On Friday, the head coach of the Nepali men’s football team, Abdullah Al Mutairi, claimed Nepal would not qualify for Asian Cup, stating the country’s football team does not have its base at the grassroots.
There are just two months left for the qualification matches, and on the very first day of special training, the head coach made such a despondent statement. This has definitely created disappointment among the football fraternity.
However, if you analyse the structure of Nepali football and opponents’ status, you know Abdullah Al Mutairi has made a realistic comment, at least for the next few years.
Don’t dream big
During the event, Abdullah Al Mutairi asked himself “We want to win Asian Cup and SAF Cup, but are we prepared for it from the basic level?”
Then, he answered, “In the 50 years of history of Nepal football, where are its grassroots? How concerned is the Nepali football sector to promote young players?”
Unless the country has active age-based teams and regular football competitions, it is irrational to see big dreams, he added.
He raised serious concerns about the effectiveness of grassroots programmes, and the sufficiency of quality football events, adding he wanted to select the players from among 100 to 200 talented footballers for a national team.
Agreeing with Abdullah Al Mutairi’s statement, Sanjeev Mishra, the ANFA league director and football analyst, also admits the country’s football sector lacks a doable plan and its effective implementation for the development of young players.
Don’t blame ANFA only
“It’s not that Nepali football does not have the grassroots. But, its effectiveness is questionable. The effectiveness of regular age-based competition is not seen,” says Mishra. “It is not easy to reach the national team even for the talented players who already have an identity in the grassroots.”
Mishra considers it a managerial weakness.
According to analyst Mishra, only the efforts by ANFA are not enough to develop football at the grassroots as demanded by coach Abdullah Al Mutairi.
“ANFA is not solely responsible for everything. If we look at the international trend, associations only look after management,” says Mishra. “The district football associations and clubs fall under ANFA. Likewise, A, B and C division clubs should also be active in the growth of football.”
Mishra argues that ANFA, indeed, has done something significant for the growth of grassroots football in Nepal. After ANFA established academies in Kathmandu, Butwal and Dharan in 2012, the grassroots programme was officially introduced in Nepali football. But, internationally, FIFA under its Financial Assistance Programme started providing financial aid for infrastructure, tournaments and grassroots in 1999. After three years, it was renamed a Goal Project.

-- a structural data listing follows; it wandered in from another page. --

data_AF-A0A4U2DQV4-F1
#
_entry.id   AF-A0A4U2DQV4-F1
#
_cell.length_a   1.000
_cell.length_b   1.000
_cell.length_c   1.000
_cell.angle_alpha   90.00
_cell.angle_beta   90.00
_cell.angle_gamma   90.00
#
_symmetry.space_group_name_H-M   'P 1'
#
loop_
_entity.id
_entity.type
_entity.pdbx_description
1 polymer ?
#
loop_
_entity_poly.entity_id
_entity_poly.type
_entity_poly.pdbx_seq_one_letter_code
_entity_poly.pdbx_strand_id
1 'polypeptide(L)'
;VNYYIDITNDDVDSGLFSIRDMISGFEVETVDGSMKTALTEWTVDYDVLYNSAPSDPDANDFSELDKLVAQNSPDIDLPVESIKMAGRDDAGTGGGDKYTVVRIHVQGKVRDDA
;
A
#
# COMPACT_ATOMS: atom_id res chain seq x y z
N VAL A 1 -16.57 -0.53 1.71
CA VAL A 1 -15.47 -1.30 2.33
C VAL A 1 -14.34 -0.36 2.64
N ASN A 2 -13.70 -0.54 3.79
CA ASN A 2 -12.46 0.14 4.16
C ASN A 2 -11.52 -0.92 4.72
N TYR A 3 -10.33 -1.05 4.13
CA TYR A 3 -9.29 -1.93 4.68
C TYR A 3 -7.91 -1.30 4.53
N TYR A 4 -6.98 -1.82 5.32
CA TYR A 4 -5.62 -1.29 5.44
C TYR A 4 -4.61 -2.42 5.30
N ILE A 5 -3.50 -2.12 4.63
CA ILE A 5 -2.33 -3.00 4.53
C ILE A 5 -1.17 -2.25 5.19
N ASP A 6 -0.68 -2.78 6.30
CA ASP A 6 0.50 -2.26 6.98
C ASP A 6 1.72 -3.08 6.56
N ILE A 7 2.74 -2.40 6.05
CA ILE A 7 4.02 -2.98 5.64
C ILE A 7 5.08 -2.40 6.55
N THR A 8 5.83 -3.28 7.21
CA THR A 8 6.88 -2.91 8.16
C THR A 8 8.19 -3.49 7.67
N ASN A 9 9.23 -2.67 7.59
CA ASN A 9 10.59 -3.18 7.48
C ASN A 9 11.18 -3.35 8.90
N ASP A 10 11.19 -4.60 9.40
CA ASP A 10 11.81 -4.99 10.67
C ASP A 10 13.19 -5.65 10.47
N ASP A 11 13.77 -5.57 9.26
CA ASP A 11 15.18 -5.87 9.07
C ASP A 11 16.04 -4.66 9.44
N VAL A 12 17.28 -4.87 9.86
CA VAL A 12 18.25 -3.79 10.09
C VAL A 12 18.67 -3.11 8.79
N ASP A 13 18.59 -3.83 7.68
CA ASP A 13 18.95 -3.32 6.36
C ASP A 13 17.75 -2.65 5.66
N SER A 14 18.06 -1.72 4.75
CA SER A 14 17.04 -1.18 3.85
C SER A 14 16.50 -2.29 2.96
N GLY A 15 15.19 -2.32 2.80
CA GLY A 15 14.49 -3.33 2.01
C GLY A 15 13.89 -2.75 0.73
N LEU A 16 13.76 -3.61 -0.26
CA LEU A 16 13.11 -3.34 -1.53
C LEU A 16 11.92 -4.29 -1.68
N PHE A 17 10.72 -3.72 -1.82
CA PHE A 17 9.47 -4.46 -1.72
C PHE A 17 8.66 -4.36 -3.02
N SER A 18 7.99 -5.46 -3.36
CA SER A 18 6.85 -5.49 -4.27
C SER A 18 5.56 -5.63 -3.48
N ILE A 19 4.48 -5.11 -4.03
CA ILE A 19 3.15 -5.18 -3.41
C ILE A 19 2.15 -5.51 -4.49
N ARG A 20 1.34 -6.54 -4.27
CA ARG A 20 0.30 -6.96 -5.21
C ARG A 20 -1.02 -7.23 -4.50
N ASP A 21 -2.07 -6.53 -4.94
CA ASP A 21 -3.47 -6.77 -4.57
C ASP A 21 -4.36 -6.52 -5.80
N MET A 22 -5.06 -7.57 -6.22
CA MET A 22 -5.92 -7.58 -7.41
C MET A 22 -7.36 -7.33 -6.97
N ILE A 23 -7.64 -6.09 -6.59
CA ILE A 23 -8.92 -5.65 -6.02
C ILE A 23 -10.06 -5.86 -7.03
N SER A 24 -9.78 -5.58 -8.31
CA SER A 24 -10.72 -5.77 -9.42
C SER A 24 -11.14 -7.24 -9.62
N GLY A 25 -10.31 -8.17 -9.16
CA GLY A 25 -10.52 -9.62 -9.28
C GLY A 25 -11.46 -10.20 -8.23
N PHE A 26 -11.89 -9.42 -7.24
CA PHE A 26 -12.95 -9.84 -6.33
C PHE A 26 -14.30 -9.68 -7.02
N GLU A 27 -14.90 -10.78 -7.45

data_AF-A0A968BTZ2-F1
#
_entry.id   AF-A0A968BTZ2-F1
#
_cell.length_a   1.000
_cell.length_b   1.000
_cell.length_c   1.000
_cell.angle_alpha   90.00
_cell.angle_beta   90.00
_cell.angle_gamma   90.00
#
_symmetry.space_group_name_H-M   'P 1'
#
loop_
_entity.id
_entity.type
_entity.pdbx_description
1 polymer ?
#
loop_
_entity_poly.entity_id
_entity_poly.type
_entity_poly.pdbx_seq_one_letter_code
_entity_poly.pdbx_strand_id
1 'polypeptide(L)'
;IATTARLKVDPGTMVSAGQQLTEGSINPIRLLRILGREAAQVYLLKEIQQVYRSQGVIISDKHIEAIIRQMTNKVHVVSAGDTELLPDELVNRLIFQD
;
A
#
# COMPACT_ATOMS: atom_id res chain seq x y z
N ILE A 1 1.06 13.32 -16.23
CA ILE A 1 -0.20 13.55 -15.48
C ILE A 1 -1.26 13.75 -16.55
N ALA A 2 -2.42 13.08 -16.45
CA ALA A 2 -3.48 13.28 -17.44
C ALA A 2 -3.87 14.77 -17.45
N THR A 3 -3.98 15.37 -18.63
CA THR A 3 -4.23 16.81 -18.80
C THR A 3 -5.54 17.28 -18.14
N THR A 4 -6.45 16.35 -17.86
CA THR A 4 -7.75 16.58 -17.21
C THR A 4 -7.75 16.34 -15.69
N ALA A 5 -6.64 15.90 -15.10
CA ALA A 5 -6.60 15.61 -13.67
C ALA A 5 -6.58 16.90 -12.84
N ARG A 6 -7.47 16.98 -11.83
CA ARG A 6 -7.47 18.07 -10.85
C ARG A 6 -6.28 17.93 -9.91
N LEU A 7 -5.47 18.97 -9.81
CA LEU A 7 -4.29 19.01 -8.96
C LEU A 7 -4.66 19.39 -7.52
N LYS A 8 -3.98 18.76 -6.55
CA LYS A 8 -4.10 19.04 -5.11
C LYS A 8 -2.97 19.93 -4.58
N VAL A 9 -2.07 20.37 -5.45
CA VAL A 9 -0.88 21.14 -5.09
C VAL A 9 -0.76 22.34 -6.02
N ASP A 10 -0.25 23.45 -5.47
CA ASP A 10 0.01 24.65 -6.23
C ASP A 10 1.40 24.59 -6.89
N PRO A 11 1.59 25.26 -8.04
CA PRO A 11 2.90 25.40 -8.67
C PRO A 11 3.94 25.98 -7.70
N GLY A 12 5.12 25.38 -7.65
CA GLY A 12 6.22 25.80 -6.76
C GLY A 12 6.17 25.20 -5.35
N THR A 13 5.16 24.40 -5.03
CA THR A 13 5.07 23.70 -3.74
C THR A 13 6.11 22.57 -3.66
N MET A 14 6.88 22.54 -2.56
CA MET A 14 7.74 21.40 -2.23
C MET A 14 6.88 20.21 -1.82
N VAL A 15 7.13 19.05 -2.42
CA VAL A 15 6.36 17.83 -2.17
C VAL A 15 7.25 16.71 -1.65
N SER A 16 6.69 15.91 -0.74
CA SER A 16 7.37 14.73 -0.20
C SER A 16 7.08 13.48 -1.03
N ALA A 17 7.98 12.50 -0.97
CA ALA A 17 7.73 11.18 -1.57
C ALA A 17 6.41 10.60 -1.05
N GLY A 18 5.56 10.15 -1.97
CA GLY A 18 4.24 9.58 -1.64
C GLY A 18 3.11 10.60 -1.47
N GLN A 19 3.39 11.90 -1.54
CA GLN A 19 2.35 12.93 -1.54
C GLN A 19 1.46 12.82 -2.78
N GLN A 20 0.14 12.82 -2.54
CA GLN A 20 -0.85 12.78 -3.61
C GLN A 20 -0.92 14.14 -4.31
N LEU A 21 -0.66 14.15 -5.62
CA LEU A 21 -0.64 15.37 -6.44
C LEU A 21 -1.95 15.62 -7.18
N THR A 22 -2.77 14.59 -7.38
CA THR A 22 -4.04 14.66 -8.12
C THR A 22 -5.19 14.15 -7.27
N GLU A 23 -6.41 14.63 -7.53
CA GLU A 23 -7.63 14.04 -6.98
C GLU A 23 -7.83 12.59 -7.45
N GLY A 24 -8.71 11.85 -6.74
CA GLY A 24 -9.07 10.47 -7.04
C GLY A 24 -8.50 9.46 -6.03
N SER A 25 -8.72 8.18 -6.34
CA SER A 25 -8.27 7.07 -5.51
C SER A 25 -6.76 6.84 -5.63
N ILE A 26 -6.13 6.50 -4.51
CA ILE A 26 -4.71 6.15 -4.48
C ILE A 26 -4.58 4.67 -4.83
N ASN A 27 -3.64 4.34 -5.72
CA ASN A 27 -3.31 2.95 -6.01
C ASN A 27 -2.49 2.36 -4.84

All three ANFA academies were built under the FIFA aid. The current structure of Sadtobato academy is also a result of that aid, says Mishra. Still now, most of the national players are the products of the ANFA academy.
After Gianni Infantino was appointed as the 2016 FIFA president, he revised the Goal Project and developed it into the FIFA Forward Programme.
After Asian Football Confederation (AFC) made the AFC club licence mandatory for all the A division clubs, Nepal’s A division clubs are currently in the procedure to receive it.
To date, only four clubs–Tribhuvan Army Club, Machhindra Football Club, APF and Manang Marshyangdi Club–have received the licence. The basic criteria to hold an AFC licence is to have own academy and age-based teams. ANFA expects that in the near future, the clubs themselves will run the grassroots programmes and grow age-based football and there will come a time when it will not hear complaints like that of Abdullah Al Mutairi.
Expect something good in the future
As the clubs will be running their own academies, the status of the Nepali football scene is also progressing, according to stakeholders. ANFA in coordination with departmental teams and schools is also conducting weekend programmes for the children aged between 6 to12.
“In every two years, there will be a nationwide selection of u-13 players,” says Karma Tshering Sherpa, the ANFA president tells Onlinekhabar. Just this year, clubs have started training for u-13 players also.
“After forming a team of all ages, we will host a league for the u-15 team. Likewise, we will also organise the tournament for u-13 and u-18 teams.”
Four years back while being elected as the president of ANFA, Sherpa pledged to give priority to the development of grassroots football. In this regard, in 2018, ANFA conducted a massive nationwide grassroots programme for the first time. Over 16,000 children were trained under the programme. Since then, due to the Covid pandemic, the programme has not continued.
As a result of that programme, in 2018 when the AFC licence holder A division club conducted a player selection programme, it received as many as 900 participants.
Apparently, Abdullah Al Mutairi did not pay attention to these developments in his remark.
But, today is different
Yet, for today, Abdullah Al Mutairi’s comment about a lack of grassroots is right as the national football team is forced to rely on a limited number of players.
When the other remaining club will receive an AFC licence and all the grassroots programmes that were halted due to the pandemic will resume, then only coach Abdullah Al Mutairi will get enough alternatives for the player selection.
This story was translated from the original Nepali version and edited for clarity and length.